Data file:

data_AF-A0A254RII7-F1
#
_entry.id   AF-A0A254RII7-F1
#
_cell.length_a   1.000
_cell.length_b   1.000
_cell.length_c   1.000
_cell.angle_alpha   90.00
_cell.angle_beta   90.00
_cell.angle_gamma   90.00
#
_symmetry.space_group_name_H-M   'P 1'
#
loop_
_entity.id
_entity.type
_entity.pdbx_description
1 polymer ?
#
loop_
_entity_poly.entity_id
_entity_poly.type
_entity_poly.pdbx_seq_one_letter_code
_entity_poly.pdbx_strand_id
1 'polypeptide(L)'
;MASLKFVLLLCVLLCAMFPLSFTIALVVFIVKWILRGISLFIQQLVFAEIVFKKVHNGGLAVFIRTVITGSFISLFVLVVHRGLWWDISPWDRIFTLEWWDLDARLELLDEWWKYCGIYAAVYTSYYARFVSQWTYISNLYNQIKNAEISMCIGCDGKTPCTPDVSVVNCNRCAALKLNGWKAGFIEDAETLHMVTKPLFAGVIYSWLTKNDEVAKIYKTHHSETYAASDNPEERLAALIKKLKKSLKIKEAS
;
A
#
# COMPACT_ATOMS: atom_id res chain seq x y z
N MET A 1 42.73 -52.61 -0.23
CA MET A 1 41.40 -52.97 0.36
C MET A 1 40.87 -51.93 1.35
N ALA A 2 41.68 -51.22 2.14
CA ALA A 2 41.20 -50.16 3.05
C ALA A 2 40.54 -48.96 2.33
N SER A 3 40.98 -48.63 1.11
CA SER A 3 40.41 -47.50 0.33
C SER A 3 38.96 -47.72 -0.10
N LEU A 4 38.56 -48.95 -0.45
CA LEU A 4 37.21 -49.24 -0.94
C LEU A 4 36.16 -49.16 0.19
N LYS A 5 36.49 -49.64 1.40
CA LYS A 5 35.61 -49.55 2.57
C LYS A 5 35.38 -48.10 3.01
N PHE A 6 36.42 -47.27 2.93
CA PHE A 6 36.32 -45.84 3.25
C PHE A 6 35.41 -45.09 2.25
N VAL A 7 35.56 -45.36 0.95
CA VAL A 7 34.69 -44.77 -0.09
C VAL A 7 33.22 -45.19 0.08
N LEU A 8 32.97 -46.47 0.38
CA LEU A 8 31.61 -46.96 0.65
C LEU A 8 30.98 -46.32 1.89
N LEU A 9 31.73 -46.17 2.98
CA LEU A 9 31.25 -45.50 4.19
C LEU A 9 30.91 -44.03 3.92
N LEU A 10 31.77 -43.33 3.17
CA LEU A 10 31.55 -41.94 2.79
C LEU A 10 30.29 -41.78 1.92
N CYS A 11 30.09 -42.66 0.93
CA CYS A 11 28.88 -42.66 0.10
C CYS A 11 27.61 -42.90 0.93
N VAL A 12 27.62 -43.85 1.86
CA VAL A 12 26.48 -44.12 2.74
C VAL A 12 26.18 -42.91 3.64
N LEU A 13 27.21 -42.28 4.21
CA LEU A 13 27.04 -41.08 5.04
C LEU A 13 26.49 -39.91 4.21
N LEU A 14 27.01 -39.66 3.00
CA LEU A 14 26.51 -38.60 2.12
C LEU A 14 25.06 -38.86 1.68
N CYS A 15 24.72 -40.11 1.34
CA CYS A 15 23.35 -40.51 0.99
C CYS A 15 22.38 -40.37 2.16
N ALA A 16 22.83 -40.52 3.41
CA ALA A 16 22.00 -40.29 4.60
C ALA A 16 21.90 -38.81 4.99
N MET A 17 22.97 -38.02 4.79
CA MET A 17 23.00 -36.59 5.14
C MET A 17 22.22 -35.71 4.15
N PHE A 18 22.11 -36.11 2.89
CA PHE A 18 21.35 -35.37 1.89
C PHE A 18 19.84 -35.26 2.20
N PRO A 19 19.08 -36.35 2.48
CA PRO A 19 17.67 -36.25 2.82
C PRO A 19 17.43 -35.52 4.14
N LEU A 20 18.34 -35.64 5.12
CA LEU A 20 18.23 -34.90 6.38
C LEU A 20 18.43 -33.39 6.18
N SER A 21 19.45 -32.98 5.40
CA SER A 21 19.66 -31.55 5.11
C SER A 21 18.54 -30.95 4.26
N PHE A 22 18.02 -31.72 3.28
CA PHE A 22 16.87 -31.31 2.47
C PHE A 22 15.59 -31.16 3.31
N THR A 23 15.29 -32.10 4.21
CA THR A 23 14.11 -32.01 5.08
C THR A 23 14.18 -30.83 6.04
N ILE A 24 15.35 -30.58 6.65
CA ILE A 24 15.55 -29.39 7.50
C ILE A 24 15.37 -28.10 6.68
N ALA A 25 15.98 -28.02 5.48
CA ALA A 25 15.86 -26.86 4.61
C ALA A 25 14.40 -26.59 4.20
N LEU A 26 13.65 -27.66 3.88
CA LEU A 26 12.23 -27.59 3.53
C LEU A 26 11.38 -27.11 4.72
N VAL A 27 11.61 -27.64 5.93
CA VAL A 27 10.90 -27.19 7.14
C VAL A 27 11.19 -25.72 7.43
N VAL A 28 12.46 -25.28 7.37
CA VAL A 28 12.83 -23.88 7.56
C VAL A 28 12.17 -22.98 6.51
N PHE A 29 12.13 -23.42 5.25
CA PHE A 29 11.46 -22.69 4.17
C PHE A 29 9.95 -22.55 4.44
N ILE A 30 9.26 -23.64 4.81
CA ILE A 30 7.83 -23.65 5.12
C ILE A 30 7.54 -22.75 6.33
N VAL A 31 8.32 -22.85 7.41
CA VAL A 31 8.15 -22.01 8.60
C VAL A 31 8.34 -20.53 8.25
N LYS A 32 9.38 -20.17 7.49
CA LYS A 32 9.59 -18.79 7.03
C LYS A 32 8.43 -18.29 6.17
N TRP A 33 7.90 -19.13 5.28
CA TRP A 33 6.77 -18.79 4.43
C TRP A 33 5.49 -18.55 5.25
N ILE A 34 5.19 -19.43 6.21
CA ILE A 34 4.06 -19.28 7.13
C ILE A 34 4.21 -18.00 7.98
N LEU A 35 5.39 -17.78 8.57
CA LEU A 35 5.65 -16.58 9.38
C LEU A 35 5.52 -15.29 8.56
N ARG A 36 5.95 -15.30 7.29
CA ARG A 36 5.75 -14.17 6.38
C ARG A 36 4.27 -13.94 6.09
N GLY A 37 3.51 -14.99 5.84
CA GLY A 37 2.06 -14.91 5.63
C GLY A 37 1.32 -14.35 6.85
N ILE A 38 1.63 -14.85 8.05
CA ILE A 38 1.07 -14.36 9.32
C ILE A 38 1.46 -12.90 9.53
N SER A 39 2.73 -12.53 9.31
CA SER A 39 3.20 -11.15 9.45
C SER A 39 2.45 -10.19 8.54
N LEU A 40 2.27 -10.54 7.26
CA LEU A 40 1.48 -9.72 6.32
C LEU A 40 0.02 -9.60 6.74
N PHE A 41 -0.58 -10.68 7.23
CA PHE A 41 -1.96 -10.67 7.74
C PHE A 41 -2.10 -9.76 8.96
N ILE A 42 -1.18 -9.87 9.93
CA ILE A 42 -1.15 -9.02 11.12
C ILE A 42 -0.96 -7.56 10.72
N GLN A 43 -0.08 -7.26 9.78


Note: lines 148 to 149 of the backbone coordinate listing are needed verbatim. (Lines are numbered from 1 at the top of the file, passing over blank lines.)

N LEU A 40 2.27 -10.54 7.26
CA LEU A 40 1.48 -9.72 6.32